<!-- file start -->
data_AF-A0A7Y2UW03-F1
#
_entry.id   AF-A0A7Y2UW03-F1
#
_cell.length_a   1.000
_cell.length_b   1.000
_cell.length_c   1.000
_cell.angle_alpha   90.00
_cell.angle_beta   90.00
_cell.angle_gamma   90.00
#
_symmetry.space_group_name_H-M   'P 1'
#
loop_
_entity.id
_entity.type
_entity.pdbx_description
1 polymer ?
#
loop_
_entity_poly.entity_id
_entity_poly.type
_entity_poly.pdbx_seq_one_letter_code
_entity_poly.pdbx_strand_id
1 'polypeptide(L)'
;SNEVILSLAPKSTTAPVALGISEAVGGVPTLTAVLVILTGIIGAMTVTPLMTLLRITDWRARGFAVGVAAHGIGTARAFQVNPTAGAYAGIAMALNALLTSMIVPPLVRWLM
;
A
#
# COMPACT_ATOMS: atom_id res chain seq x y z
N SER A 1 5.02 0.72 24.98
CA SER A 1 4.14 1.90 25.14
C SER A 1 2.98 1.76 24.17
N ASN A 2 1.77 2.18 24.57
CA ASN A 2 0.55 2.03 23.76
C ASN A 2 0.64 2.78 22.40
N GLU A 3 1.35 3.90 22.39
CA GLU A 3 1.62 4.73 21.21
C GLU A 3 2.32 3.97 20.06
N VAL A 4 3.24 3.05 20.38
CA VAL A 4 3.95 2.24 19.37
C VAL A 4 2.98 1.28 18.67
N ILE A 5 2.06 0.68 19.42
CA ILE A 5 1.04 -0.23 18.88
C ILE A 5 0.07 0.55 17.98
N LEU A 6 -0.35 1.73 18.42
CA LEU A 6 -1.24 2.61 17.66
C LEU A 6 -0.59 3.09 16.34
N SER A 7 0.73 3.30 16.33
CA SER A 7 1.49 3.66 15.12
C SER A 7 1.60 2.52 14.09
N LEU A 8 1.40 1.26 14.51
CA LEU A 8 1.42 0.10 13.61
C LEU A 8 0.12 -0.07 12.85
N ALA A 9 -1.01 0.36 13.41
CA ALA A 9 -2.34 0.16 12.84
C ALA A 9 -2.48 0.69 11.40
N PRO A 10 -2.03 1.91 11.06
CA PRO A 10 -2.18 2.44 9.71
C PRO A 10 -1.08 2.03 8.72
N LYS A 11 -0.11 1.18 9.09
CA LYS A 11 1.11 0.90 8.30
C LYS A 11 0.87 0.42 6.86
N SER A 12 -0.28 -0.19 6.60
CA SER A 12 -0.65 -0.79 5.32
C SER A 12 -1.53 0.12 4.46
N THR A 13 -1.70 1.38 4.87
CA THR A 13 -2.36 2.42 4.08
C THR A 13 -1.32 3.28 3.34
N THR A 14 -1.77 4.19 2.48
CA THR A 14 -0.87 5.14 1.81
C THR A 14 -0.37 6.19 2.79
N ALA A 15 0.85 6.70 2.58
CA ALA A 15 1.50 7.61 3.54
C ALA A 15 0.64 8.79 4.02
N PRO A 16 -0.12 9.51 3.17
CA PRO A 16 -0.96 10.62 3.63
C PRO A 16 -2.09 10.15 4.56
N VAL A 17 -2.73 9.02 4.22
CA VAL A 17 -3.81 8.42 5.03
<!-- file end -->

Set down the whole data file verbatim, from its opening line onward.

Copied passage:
data_AF-A0A7Y2UW03-F1
#
_entry.id   AF-A0A7Y2UW03-F1
#
_cell.length_a   1.000
_cell.length_b   1.000
_cell.length_c   1.000
_cell.angle_alpha   90.00
_cell.angle_beta   90.00
_cell.angle_gamma   90.00
#
_symmetry.space_group_name_H-M   'P 1'
#
loop_
_entity.id
_entity.type
_entity.pdbx_description
1 polymer ?
#
loop_
_entity_poly.entity_id
_entity_poly.type
_entity_poly.pdbx_seq_one_letter_code
_entity_poly.pdbx_strand_id
1 'polypeptide(L)'
;SNEVILSLAPKSTTAPVALGISEAVGGVPTLTAVLVILTGIIGAMTVTPLMTLLRITDWRARGFAVGVAAHGIGTARAFQVNPTAGAYAGIAMALNALLTSMIVPPLVRWLM
;
A
#
# COMPACT_ATOMS: atom_id res chain seq x y z
N SER A 1 5.02 0.72 24.98
CA SER A 1 4.14 1.90 25.14
C SER A 1 2.98 1.76 24.17
N ASN A 2 1.77 2.18 24.57
CA ASN A 2 0.55 2.03 23.76
C ASN A 2 0.64 2.78 22.40
N GLU A 3 1.35 3.90 22.39
CA GLU A 3 1.62 4.73 21.21
C GLU A 3 2.32 3.97 20.06
N VAL A 4 3.24 3.05 20.38
CA VAL A 4 3.95 2.24 19.37
C VAL A 4 2.98 1.28 18.67
N ILE A 5 2.06 0.68 19.42
CA ILE A 5 1.04 -0.23 18.88
C ILE A 5 0.07 0.55 17.98
N LEU A 6 -0.35 1.73 18.42
CA LEU A 6 -1.24 2.61 17.66
C LEU A 6 -0.59 3.09 16.34
N SER A 7 0.73 3.30 16.33
CA SER A 7 1.49 3.66 15.12
C SER A 7 1.60 2.52 14.09
N LEU A 8 1.40 1.26 14.51
CA LEU A 8 1.42 0.10 13.61
C LEU A 8 0.12 -0.07 12.85
N ALA A 9 -1.01 0.36 13.41
CA ALA A 9 -2.34 0.16 12.84
C ALA A 9 -2.48 0.69 11.40
N PRO A 10 -2.03 1.91 11.06
CA PRO A 10 -2.18 2.44 9.71
C PRO A 10 -1.08 2.03 8.72
N LYS A 11 -0.11 1.18 9.09
CA LYS A 11 1.11 0.90 8.30
C LYS A 11 0.87 0.42 6.86
N SER A 12 -0.28 -0.19 6.60
CA SER A 12 -0.65 -0.79 5.32
C SER A 12 -1.53 0.12 4.46
N THR A 13 -1.70 1.38 4.87
CA THR A 13 -2.36 2.42 4.08
C THR A 13 -1.32 3.28 3.34
N THR A 14 -1.77 4.19 2.48
CA THR A 14 -0.87 5.14 1.81
C THR A 14 -0.37 6.19 2.79
N ALA A 15 0.85 6.70 2.58
CA ALA A 15 1.50 7.61 3.54
C ALA A 15 0.64 8.79 4.02
N PRO A 16 -0.12 9.51 3.17
CA PRO A 16 -0.96 10.62 3.63
C PRO A 16 -2.09 10.15 4.56
N VAL A 17 -2.73 9.02 4.22
CA VAL A 17 -3.81 8.42 5.03